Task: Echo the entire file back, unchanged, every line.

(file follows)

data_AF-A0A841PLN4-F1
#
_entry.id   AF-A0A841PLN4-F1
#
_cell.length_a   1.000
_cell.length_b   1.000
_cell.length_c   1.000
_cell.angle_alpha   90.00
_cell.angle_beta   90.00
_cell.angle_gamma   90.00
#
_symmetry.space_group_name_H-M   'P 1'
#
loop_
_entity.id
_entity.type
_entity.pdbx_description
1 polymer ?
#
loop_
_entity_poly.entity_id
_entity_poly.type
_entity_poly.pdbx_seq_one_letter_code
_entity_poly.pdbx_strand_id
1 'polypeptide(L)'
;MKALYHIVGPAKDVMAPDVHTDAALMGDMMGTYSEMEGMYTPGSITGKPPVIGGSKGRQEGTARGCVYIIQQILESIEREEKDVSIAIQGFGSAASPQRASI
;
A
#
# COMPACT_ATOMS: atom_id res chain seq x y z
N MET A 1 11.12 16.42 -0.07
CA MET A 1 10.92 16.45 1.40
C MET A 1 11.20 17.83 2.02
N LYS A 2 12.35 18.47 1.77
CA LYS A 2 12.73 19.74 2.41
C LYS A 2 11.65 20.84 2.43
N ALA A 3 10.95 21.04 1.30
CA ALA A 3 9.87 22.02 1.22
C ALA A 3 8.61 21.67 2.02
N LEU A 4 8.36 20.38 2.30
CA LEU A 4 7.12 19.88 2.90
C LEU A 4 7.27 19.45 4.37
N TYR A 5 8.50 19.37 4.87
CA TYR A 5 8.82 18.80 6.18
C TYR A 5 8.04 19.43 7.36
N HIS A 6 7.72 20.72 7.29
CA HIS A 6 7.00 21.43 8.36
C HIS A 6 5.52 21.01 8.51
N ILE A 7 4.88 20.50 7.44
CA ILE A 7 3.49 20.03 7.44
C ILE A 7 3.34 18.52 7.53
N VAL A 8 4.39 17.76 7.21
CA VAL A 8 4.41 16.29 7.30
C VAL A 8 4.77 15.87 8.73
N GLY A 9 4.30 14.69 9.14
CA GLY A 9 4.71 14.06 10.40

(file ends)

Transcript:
data_AF-A0A841PLN4-F1
#
_entry.id   AF-A0A841PLN4-F1
#
_cell.length_a   1.000
_cell.length_b   1.000
_cell.length_c   1.000
_cell.angle_alpha   90.00
_cell.angle_beta   90.00
_cell.angle_gamma   90.00
#
_symmetry.space_group_name_H-M   'P 1'
#
loop_
_entity.id
_entity.type
_entity.pdbx_description
1 polymer ?
#
loop_
_entity_poly.entity_id
_entity_poly.type
_entity_poly.pdbx_seq_one_letter_code
_entity_poly.pdbx_strand_id
1 'polypeptide(L)'
;MKALYHIVGPAKDVMAPDVHTDAALMGDMMGTYSEMEGMYTPGSITGKPPVIGGSKGRQEGTARGCVYIIQQILESIEREEKDVSIAIQGFGSAASPQRASI
;
A
#
# COMPACT_ATOMS: atom_id res chain seq x y z
N MET A 1 11.12 16.42 -0.07
CA MET A 1 10.92 16.45 1.40
C MET A 1 11.20 17.83 2.02
N LYS A 2 12.35 18.47 1.77
CA LYS A 2 12.73 19.74 2.41
C LYS A 2 11.65 20.84 2.43
N ALA A 3 10.95 21.04 1.30
CA ALA A 3 9.87 22.02 1.22
C ALA A 3 8.61 21.67 2.02
N LEU A 4 8.36 20.38 2.30
CA LEU A 4 7.12 19.88 2.90
C LEU A 4 7.27 19.45 4.37
N TYR A 5 8.50 19.37 4.87
CA TYR A 5 8.82 18.80 6.18
C TYR A 5 8.04 19.43 7.36
N HIS A 6 7.72 20.72 7.29
CA HIS A 6 7.00 21.43 8.36
C HIS A 6 5.52 21.01 8.51
N ILE A 7 4.88 20.50 7.44
CA ILE A 7 3.49 20.03 7.44
C ILE A 7 3.34 18.52 7.53
N VAL A 8 4.39 17.76 7.21
CA VAL A 8 4.41 16.29 7.30
C VAL A 8 4.77 15.87 8.73
N GLY A 9 4.30 14.69 9.14
CA GLY A 9 4.71 14.06 10.40